Next, the 15-year-old sister and her stepbrother, 14, entered the house. The sister headed straight upstairs where the man tied her hands as she sat on the floor next to her friend. The man proceeded downstairs where he struggled with the 14-year-old boy during which he cut him several times with his knife before he was able to force the boy upstairs and also restrain him.

The children’s stepfather came home at that time to see the man standing at the top of the stairs with the knife. The man told the stepfather he didn’t want any trouble, walked down the stairs and left the house.

Sam Stephens arrived and saw the male at the top of the stairs. the suspect held a large kitchen knife in his hand, he told Stephens he didn’t want any trouble and he walked down the stairs, through the house and exited on foot.

The stepfather pursued the suspect in his own vehicle but lost sight of him near the Perry Avenue Mall. He returned to the residence to discover what had taken place there.

A deputy was able to respond within five minutes of a 911 call and a K-9 unit searched for the suspect but was unable to pick up the trail.

During the detective’s visit on Jan. 21, Monroe consented to let the detectives enter his home and to show them the clothes he had been wearing at the time of the assault. Monroe commented that the TV coverage had it wrong — he hadn’t been wearing a gray sweatshirt, but instead a gray coat. Monroe signed a consent form allowing the detective to execute a search of his home, and escorted detectives through the residence, showing them the backpack, coat and shoes he’d been wearing on Jan. 16. Monroe admitted to bringing the knife which the victims had reported, and confessed he’d brought it from his own home. He claimed to have discarded it while running through the Perry Avenue Mall.

Monroe would not discuss the sexual assault with the detectives, but did admit he “had screwed up a lot of lives and he was apologetic,” according to court documents.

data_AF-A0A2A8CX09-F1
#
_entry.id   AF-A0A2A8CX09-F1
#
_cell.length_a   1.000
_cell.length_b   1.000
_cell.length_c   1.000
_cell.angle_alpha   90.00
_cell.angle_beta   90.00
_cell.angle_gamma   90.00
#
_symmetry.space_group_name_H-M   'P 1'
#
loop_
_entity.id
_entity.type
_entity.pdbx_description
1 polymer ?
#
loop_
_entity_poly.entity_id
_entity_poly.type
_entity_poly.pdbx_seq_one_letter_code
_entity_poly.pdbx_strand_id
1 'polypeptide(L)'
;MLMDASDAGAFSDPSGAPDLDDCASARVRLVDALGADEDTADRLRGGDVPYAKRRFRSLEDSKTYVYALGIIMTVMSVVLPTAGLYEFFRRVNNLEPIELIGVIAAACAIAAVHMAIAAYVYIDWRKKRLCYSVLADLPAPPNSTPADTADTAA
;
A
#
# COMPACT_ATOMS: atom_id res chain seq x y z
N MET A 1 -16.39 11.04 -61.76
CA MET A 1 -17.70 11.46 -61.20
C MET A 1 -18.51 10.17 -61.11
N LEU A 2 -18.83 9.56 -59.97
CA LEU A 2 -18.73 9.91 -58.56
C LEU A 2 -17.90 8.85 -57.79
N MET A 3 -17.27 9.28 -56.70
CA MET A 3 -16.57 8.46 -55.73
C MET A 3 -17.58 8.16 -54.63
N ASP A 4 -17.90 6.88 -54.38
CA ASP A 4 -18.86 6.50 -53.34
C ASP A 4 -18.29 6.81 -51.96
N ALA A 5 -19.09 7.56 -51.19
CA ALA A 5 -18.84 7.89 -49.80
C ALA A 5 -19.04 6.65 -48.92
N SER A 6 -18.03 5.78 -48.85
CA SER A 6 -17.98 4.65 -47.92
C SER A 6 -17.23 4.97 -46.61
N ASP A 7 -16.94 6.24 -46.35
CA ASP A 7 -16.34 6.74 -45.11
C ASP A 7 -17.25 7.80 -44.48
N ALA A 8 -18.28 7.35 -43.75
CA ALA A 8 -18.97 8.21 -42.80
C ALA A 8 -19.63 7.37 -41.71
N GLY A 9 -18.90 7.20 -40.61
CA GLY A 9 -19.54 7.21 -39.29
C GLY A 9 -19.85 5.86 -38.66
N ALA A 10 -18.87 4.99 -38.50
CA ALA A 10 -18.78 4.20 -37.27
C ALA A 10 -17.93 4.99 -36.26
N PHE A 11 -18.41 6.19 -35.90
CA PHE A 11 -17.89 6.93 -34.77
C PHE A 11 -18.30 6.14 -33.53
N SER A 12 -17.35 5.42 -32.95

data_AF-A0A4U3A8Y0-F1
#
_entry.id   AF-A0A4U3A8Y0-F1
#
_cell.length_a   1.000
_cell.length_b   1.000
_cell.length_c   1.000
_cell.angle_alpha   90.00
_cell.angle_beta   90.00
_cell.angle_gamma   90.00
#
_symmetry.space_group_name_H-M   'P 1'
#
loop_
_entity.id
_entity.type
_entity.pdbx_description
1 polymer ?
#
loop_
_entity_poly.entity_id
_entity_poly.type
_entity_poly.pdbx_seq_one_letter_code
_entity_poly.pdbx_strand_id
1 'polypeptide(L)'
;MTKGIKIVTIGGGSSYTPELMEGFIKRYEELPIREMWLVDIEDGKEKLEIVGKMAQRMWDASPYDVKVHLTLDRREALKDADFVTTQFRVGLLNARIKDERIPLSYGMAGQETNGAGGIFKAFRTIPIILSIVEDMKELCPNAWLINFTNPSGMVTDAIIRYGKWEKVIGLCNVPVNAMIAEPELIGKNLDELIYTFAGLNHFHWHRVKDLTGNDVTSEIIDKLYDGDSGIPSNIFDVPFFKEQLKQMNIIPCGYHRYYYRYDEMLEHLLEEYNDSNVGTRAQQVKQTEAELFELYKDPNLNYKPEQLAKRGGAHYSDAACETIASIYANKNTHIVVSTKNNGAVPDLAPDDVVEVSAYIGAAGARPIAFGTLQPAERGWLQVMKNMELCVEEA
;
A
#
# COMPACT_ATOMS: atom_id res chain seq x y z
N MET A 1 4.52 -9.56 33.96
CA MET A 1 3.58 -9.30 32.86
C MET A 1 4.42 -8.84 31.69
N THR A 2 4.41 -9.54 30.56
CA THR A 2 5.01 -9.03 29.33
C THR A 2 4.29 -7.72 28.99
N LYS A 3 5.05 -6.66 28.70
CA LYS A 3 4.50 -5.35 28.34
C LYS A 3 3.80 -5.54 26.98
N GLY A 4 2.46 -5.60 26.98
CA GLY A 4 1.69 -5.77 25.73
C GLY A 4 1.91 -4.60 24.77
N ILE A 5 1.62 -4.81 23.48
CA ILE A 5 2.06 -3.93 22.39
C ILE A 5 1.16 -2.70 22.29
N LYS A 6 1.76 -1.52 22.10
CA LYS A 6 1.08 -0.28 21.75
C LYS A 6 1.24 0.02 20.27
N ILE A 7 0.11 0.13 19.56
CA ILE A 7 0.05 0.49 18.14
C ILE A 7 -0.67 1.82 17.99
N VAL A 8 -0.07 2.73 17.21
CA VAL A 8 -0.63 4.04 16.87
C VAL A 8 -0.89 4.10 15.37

Before requesting legal counsel, Monroe confessed to tying up some of the victims, and also to directing them to tie each other up. He admitted to using various items from the home to restrain them. Monroe also stated that he ran from the residence after an adult had arrived at the home and that the adult had chased him in his car.

By 3:30 p.m. Tuesday, detectives arrested Monroe.

Search warrants executed at Monroe’s residence Tuesday night led to the subsequent collection of evidence related to the case, including two baseball caps which fit the description given by the victims. Monroe’s backpack also contained news clippings of the assault.

Boyer and other Kitsap County Sheriff’s officials met with the victims and their families Tuesday afteroon to ensure they were the first to hear of the suspect’s arrest.

“I still feel bad for those little girls,” Boyer said. “Nice kids — amazing how resilient they are.”

He added that they had strong support from both their families and church members.

Boyer called the apprehension of the suspect, “one step of the closure process for (the victims). I think it’ll help them long-term.”

Formal charges were made against Monroe at his arraignment Friday afternoon. At press time, Kitsap County Prosecuting Attorney Russell Hauge said the following charges would be brought against Monroe: two counts of rape in the first degree, five counts of kidnapping in the first degree, one count of burglary and one count of assault in the second degree.

“His standard range sentence will be just under 40 years to just over 30 years,” Hauge said. “We’re going to ask him to plead a 40-year sentence.”

“I’m sure he’ll plead not guilty on Friday,” Hauge added. “I’d be surprised if it was anything other than a not guilty plea.”

The trial date was also set at yesterday’s proceeding.